Good Badger tag

Whoops Crosses A River

During the following video, you will laugh.


According to our Appalachian Trail guide book, there’s a campground known as the ‘Captain’s” which is basically some former thru-hiker’s backyard. Amongst hikers, it is common knowledge that he intentionally leaves a fridge full of grape and orange soda out on his patio for hikers to enjoy. There’s one caveat, you have to cross a zipline across a river to get there….

When we approach what we assume is the zipline, it appears as though the transport unit is stuck on the other side of the river.

Enter our hero: Whoop(s).

In no mood to be denied a delicious orange soda, Whoop sees the zipline and decides to cross it Navy Seal style to the other side of the river (another hiker has this video and it has been debated that it’s just as, if not funnier than the following – I hope to get this for you soon).

After getting to the other side of the river, it turns out, there is no soda (the “Captains” was actually another quarter mile away). At this point Whoop(s) has already exerted all of his energy and decides to ford the river instead. Hilarity ensues.

Without further ado, I present to you:

Whoops Crosses A River

Thanks to John for being a good sport about his hilarity.

Three Weeks

They say it takes three weeks of repetitive action before a habit develops. Last Sunday marked my third week on the Appalachian Trail. If the saying is true, then I have developed the following habits:

  • My natural state is walking.
  • Hiking poles feel as if they’re extensions of my arms.
  • I consume the same amount of calories as a buffalo.
  • I am incapable of getting full.
  • My “bedroom” smells like the inside of a guy’s high school locker room.
  • My diet consists of almond butter, trail mix, snickers, pop tarts, cookies, Clif Bars, beef jerky, summer sausage, and Gatorade.
  • I poop in the woods.
  • I hitchhike.
  • I sleep without a pillow.
  • I often put on damp/sweaty clothes in the morning.
  • The sun determines my sleep schedule.
  • I shower twice a week. On the off days, I rub my stinky spots with a baby wipe or two. Some days, I’m too tired for any form of hygiene (which are the days I actually need it most).
  • I chafe (except for when I remember to use Enzo’s Chamois Cream).
  • I hang all of my food in a tree at night.
  • I sleep with a knife no further than 12 inches from my face.
  • I am in constant awe of the beauty around me (keep in mind- I just came from southern California).
  • “Shaving” has left my vocabulary.
  • I see myself in a mirror at most twice a week.
  • Regardless of temperature, I break a sweat by at least 9am every day (usually earlier).
  • I am less consumed by the ongoing barrage of my own thoughts.
  • I am used to, and borderline expecting, everything to be dirty all of the time. Food included (muddy, sweaty hands go straight into the trail mix bag with zero hesitation or consideration).
  • I consume anywhere from five to eight liters of water per day. Eight liters of water is insane.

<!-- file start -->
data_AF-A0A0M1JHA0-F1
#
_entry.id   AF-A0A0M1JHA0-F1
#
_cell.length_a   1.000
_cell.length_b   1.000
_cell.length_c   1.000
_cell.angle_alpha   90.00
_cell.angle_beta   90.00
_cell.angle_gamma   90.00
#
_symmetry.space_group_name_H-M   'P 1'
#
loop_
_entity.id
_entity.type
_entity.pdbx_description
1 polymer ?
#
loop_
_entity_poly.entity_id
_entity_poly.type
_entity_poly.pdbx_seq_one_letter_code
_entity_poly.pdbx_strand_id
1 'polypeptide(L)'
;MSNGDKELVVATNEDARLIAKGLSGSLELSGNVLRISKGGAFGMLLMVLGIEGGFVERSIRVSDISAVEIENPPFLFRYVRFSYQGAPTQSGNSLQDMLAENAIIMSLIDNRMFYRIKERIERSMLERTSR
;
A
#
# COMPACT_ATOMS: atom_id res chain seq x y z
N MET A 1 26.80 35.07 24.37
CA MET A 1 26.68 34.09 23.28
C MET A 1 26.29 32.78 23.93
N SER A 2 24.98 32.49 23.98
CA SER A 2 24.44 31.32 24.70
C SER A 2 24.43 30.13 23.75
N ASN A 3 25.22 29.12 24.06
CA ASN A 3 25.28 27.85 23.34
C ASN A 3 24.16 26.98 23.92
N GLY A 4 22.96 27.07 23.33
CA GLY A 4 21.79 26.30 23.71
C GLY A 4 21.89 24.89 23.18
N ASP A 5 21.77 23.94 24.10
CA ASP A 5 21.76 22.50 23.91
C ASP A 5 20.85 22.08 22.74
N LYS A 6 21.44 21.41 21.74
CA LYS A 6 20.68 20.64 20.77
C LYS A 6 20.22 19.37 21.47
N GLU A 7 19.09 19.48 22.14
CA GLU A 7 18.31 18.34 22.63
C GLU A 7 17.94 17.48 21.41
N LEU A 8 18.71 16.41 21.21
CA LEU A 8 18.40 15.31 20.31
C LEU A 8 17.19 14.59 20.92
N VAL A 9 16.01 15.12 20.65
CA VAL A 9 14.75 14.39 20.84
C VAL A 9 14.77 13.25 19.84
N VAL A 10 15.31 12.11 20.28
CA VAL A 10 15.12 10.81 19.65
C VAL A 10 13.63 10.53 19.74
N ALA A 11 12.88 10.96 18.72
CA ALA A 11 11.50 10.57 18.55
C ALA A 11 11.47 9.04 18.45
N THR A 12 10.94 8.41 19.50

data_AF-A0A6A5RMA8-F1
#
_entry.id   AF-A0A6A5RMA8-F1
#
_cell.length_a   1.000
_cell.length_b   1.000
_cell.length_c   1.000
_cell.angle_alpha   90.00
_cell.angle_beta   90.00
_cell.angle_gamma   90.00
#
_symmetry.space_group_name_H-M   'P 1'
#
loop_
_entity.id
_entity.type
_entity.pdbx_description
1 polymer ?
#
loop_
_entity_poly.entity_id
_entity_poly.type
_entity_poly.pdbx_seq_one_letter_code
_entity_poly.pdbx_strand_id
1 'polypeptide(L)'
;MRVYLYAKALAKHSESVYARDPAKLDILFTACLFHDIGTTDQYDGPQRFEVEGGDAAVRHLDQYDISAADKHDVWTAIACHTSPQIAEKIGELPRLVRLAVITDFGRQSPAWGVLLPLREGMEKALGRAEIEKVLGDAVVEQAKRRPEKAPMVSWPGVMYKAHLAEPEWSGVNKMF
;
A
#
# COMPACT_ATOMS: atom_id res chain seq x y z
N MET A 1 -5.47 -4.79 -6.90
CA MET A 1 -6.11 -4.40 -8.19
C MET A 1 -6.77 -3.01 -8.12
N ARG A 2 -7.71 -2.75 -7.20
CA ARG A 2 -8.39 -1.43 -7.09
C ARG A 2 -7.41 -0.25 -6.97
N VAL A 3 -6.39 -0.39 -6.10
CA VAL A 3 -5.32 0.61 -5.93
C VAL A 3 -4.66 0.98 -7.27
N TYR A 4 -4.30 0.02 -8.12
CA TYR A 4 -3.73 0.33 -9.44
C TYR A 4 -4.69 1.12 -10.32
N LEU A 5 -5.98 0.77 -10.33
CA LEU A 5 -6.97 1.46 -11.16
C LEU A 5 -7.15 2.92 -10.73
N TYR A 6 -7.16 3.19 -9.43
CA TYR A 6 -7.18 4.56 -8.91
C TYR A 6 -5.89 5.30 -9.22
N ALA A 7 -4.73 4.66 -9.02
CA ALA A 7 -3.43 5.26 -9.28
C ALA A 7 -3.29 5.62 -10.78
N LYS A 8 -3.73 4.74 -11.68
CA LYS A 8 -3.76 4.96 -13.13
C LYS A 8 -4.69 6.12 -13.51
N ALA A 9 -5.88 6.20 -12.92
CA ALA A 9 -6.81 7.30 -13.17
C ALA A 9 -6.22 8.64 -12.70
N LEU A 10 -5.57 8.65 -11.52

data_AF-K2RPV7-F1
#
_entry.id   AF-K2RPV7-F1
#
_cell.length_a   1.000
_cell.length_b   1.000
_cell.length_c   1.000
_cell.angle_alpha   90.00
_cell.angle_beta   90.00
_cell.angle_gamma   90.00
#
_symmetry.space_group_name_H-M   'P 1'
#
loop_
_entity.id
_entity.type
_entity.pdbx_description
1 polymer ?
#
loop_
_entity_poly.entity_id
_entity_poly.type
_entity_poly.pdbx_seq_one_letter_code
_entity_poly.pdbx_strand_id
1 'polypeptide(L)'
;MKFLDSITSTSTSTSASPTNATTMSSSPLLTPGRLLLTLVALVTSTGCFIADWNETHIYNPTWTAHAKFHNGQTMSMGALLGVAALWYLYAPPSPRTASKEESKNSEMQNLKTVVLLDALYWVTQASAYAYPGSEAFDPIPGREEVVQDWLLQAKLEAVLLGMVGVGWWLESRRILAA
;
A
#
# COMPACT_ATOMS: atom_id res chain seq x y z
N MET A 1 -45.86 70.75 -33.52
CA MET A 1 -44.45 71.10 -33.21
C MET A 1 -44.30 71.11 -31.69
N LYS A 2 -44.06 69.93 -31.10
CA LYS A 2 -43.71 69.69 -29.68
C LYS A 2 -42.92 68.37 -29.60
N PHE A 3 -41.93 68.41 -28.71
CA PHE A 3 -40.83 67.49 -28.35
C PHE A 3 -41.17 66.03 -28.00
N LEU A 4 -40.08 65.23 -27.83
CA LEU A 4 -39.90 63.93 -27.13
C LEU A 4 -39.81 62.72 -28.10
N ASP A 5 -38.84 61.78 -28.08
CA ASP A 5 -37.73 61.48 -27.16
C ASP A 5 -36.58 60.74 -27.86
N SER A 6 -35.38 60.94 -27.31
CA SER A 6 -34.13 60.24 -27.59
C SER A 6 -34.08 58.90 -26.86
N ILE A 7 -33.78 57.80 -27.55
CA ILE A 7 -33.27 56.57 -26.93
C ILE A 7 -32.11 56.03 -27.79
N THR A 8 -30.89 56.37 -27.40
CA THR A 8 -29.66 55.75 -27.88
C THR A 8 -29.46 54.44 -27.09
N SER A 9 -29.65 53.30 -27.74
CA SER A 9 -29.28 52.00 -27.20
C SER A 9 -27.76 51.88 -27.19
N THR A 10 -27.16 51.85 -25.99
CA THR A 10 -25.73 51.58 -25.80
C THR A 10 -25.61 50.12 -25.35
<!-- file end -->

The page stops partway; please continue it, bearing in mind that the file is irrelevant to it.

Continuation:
• I have very little stress in life, and the stress that does occur is deserved.
  • I am used to my legs being covered in bug bites.
  • I itch.  All the time.
  • I can sleep with a stranger no more than eight inches on either side of me.
  • My water source is whatever stream is closest to me.
  • I appreciate toilets.
  • I appreciate a warm meal.
  • I appreciate clean clothes.
  • I appreciate a clean body.
  • I appreciate running water.
  • I appreciate a stranger’s willingness to give.
  • I appreciate good health.
  • I appreciate.

Wayah Bald

From the Low Gap Lows to the Hiawassee Highs


It’s late afternoon of day # 4

We stroll into Low Gap Shelter after a beautiful 13-mile hike. To this point, all hiking has been done in shorts and t-shirt. I have what could be considered the ginger version of a tan. After four consecutive days of averaging 10 miles up and down strenuous terrain with 35 lbs on my back – I feel surprisingly fresh. I have zero blisters (Hi-Tec FTW). Nature and I are doing a mental love tango. I’m smiling unconditionally.


A day-walker "tan"

Life is good.

Then, just prior to dusk, comes the cold front. After a hurried dinner (pasta + spices = barf) due to not being able to secure a spot close enough to the fire, I’m in my tent by 7:00pm because my Euerka sleeping bag (the anti-hypothermia zone) is the only place where I can retain feeling to my appendages. I can see my breath from inside of my bedroom – and the sun has not yet set. It’s going to be that sort of a night.

Although my body is fatigued enough to induce slumber, the repetitive intake of dry ice is less than conducive for rest. Finally I secure a spot that allows from momentary bouts of sleep: sleeping bag wrapped around my head with a 1-inch gap to let oxygen in, face down to let my breath reflect off of my sleeping pad and let the warm air back onto my face.

Life blows.


After a night of 15-minute naps which accumulated to maybe three hours of sleep, I am confronted with the task of getting out of my sleeping bag to put on slightly damp hiking clothes to prepare for the 15 miles that lay ahead of us for the day. I go from really effing cold to outer space cold when I enter into my layer of stanky wet clothes and my only pair of hiking socks (because I’m dumb) (don’t worry Mom, more are on their way). Although this might sound horrible to the inexperienced backpacker, this is actually good news since the ensuing physical activity is my only escape from the bone chill I’ve been battling the previous 10 hours. I make extra effort to ignore the fact that my rain fly is covered in frost, quickly and sloppily pack up my belongings, and get started with my day.

It only took about 30 minutes of hiking before I’m out of my John Candy hat – and back into my natural state – shorts. Fifteen miles to Tray Mountain Shelter was -again- easier and far more enjoyable than I had imagined. When you enjoy the process it’s not work. My “job” is to walk through the United States’ oldest mountain range. Compared to most, what I’m doing, again, is not work.

Good Badger in John Candy Hat

Good Badger in John Candy Hat

The campsite at Tray Mountain is positioned at the mountain’s summit. The view from my tent overlooks undulating terrain a hundred miles to the east. Although, a little chilly (maybe 50 degrees) the air is completely still – it’s either the most peaceful night we’ve experienced yet, or it’s the calm before the storm.

There's no way a picture could do justice to my bedtime view